Good design makes me smile

    In my view, a sign of good design (in any sort of product) is that it makes you smile when you recognise it. In the Empire Builder, there have been a few of these moments so far:

    • Finding O-rings everywhere they're needed -- A combination of key straps and organiser pouches has put paid to the 'junk drawer' section of my old bag, where pens, cables and post-its would rattle around
    • The bright wasabi inside (the only thing better would be solar)
    • One-handed, eyes-free acess to things under the front flap while driving (e.g. sunglasses, security pass)
    • The handles really do magically fall together so you can just pick them up and go
    • How clear it is that three years of R&D really have gone into this bag


    Conclusions

    There are some things I'm yet to do with the Empire Builder -- particularly, air travel. But having spent a week with the bag now, I am confident in saying that this is a work bag I will happily be holding on to. It's built like a tank, well thought out, and gives me complete confidence that when I find myself in an unexpected and stressful situation, the bag will help me work quickly and efficiently, rather than distracting me by making me hunt around for things.

    If I didn't have days when I need to carry half my office with me, a slightly smaller bag (the Zephyr, for example?) would probably have suited me well. With the EB, though, I know that on those occasions when I really do have to carry everything, I can -- I'd much rather have a bag that scales down rather than one that's just a bit too small.

    I'll come back and update this review in a few months after I've had some more time with the bag. In the meantime, I hope this is helpful for people who might be considering the Empire Builder. I think I may just have found the perfect work bag.

  2. #2
    Registered User daisy's Avatar
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    Another Empire builder in Australia!

    MrDaisy uses his black/black/wasabi EB as his mobile office - toting the stupidly heavy 17" laptop and rather too much paper for my liking.

    He has a cadet for light, ipad only, days.
    List under construction ....

  3. #3
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    Thanks for the great review I’ve been admiring the Zephyr for a little while and after seeing your review I’m wondering if I should consider the Empire Builder. If you have time could you post photos of the loaded bag in hand and/or over your shoulder?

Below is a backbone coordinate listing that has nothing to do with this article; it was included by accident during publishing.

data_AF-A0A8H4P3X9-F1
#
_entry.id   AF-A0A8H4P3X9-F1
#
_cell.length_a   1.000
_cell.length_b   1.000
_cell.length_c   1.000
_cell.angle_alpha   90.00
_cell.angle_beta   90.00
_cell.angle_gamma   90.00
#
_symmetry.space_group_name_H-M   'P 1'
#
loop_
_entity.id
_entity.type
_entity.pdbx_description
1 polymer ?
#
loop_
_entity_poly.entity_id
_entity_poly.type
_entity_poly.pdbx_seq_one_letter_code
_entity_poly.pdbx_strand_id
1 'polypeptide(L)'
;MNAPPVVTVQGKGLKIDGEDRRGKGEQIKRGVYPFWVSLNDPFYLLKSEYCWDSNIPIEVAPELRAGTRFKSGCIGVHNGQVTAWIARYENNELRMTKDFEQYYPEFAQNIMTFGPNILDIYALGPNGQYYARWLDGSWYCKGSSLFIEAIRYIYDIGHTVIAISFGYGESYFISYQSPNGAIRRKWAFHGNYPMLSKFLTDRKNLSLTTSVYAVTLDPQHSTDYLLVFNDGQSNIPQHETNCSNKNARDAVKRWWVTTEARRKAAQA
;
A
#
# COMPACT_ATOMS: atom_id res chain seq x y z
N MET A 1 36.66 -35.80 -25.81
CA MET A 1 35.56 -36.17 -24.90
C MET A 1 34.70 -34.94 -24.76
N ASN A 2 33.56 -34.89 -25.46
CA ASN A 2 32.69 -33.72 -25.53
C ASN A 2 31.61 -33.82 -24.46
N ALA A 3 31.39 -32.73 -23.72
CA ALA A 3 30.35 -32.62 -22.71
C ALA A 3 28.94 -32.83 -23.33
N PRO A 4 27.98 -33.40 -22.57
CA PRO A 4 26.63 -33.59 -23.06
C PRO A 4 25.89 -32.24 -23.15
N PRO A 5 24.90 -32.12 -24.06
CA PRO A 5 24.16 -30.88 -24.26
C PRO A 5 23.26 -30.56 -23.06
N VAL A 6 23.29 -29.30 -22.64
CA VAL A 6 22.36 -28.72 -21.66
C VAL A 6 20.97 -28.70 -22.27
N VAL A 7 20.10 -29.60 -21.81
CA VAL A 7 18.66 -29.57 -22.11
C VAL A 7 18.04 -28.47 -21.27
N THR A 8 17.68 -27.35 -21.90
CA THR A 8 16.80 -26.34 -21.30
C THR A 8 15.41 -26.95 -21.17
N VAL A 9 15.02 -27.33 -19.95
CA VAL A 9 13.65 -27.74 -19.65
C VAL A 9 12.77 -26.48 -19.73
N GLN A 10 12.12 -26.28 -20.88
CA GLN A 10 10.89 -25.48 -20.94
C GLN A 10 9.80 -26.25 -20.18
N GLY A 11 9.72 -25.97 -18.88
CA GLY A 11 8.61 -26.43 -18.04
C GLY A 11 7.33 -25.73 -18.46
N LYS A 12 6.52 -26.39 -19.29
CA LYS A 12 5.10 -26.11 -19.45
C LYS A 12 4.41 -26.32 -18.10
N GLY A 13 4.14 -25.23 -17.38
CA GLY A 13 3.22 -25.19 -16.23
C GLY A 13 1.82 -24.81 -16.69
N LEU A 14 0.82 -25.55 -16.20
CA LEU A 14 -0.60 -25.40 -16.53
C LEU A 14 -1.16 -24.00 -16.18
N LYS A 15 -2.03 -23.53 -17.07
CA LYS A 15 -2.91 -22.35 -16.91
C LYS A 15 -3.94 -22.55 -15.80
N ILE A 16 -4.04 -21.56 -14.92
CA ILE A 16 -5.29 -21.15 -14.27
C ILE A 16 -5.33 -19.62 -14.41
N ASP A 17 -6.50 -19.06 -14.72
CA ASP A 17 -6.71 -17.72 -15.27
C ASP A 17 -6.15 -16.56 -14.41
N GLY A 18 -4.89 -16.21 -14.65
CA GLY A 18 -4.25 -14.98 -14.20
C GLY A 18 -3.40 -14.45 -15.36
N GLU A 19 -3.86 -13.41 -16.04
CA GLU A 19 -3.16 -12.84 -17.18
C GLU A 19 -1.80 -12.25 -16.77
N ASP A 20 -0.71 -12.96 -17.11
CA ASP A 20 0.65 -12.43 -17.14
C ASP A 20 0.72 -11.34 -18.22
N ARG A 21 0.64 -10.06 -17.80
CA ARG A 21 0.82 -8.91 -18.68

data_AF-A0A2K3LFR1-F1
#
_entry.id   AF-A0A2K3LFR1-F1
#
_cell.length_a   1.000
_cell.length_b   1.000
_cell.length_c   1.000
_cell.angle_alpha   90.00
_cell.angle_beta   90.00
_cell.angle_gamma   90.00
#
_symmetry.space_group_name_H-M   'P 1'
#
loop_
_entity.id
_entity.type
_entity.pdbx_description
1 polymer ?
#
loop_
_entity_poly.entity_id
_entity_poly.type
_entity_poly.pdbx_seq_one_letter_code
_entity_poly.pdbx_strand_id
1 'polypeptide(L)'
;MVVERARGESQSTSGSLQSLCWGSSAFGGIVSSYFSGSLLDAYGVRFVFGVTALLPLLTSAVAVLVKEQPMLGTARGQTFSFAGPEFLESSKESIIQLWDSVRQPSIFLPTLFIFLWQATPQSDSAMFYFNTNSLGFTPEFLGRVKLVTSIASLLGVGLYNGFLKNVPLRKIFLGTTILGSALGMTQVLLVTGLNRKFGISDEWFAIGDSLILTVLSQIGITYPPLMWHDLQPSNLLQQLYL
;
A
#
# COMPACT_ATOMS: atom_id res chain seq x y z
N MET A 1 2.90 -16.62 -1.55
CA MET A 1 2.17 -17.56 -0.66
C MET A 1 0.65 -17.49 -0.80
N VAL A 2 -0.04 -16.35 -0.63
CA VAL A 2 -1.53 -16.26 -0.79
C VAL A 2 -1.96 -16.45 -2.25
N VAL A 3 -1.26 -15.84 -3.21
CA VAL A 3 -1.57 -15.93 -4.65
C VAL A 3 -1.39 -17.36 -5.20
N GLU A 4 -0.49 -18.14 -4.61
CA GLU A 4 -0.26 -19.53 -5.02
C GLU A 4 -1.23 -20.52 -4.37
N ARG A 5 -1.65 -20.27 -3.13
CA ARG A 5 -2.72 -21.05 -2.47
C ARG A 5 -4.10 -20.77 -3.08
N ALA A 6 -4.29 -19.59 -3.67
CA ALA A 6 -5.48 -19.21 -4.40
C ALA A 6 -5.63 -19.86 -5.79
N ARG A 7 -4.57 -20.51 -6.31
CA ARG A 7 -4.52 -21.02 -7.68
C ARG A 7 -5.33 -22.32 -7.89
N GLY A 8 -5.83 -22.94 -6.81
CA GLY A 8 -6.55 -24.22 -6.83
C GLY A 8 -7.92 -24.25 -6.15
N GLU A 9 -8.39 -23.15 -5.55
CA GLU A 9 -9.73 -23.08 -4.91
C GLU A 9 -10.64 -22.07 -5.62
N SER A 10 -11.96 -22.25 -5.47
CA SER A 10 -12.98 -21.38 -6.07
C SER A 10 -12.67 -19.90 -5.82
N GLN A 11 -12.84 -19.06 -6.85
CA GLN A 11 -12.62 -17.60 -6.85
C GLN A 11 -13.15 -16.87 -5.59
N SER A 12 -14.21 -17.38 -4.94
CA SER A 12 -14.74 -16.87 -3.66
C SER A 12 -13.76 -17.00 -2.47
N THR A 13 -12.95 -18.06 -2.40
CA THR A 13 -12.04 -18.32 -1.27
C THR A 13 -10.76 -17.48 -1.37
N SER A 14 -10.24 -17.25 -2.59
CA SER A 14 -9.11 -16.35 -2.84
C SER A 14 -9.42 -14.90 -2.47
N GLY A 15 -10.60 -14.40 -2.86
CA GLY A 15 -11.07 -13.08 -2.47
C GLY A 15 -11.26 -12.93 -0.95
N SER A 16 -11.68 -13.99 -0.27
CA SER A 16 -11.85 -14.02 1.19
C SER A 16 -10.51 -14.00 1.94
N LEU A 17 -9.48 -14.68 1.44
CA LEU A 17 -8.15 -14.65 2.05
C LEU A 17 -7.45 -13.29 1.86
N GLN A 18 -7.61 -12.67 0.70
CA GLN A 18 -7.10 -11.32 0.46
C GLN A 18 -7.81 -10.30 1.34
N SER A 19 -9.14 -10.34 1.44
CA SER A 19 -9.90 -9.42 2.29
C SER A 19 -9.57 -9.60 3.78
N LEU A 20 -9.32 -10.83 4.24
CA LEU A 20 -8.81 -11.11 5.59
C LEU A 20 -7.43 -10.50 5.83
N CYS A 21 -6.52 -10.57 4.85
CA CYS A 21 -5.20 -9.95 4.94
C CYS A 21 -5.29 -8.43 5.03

4. #4
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    BarryLee - happy to. I'll take some tonight and post them for you.

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    Daisy - I long for the day when I have a paperless office! Most days my EB is half-empty, but it feels manageably small that way. I like the idea of a Cadet for light loads, but to be honest, switching between the EB (weekdays) and the Synapse (weekends) is enough bag switching for me -- I like being able to pick up my bag in the morning and go, knowing that everything is where it should be.

  6. #6
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    BarryLee -- the bag isn't quite as full tonight as it was in the earlier photos (fortunately!), but hopefully these are helpful to give you a sense of size, at least:

    Bag in hand:
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    Bag over shoulder (hand on the front flap buckle to show how easily it falls under your hand when the bag is on your shoulder):
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    Darcy and backpack like this.

  7. #7
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    Hey, thanks for taking the time to post more photos it does help me visualize the size. I sort of wish the Empire Builder/Zephyr were offered in some color other than black. I really like the basic design of both bags, but man I’ve got too many black nylon bags already.

  8. #8
    TOM BIHN Crew (we work here) Darcy's Avatar
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    What an incredibly awesome thorough review. And great photos.
    Current Carry: Skookum Dog Citizen Canine prototype, Founder's Briefcase (every day carry), Small Cafe Bag (every day carry), Shop Bags (groceries, extra random stuff), Aeronaut 45 (travel), Synapse 19 (day hikes), Smart Alec (longer day hikes), Skookum Dog Road Duffel (Medium) (travel), Clear Organizer Wallet, Travel Stuff Sacks, Organizer Cubes

  9. #9
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    Quote Originally Posted by BarryLee View Post
    Thanks for the great review I’ve been admiring the Zephyr for a little while and after seeing your review I’m wondering if I should consider the Empire Builder. If you have time could you post photos of the loaded bag in hand and/or over your shoulder?
    Be wary of the Empire builder for while it is possibly the best brief case I've ever owned I have found the bag can out do the man. I overloaded it one day with two enthusiast (equates to heavy as a dead sun) laptops. Fit like a charm but I misjudged the weight. Threw my back right out catastrophically (and that's not exactly easy to do, I'm in decent shape and fairly young) after about ten minutes. If I could do it all over again I would have gone for the Zephyr to help me self regulate what my poor spine can handle when loaded on one side.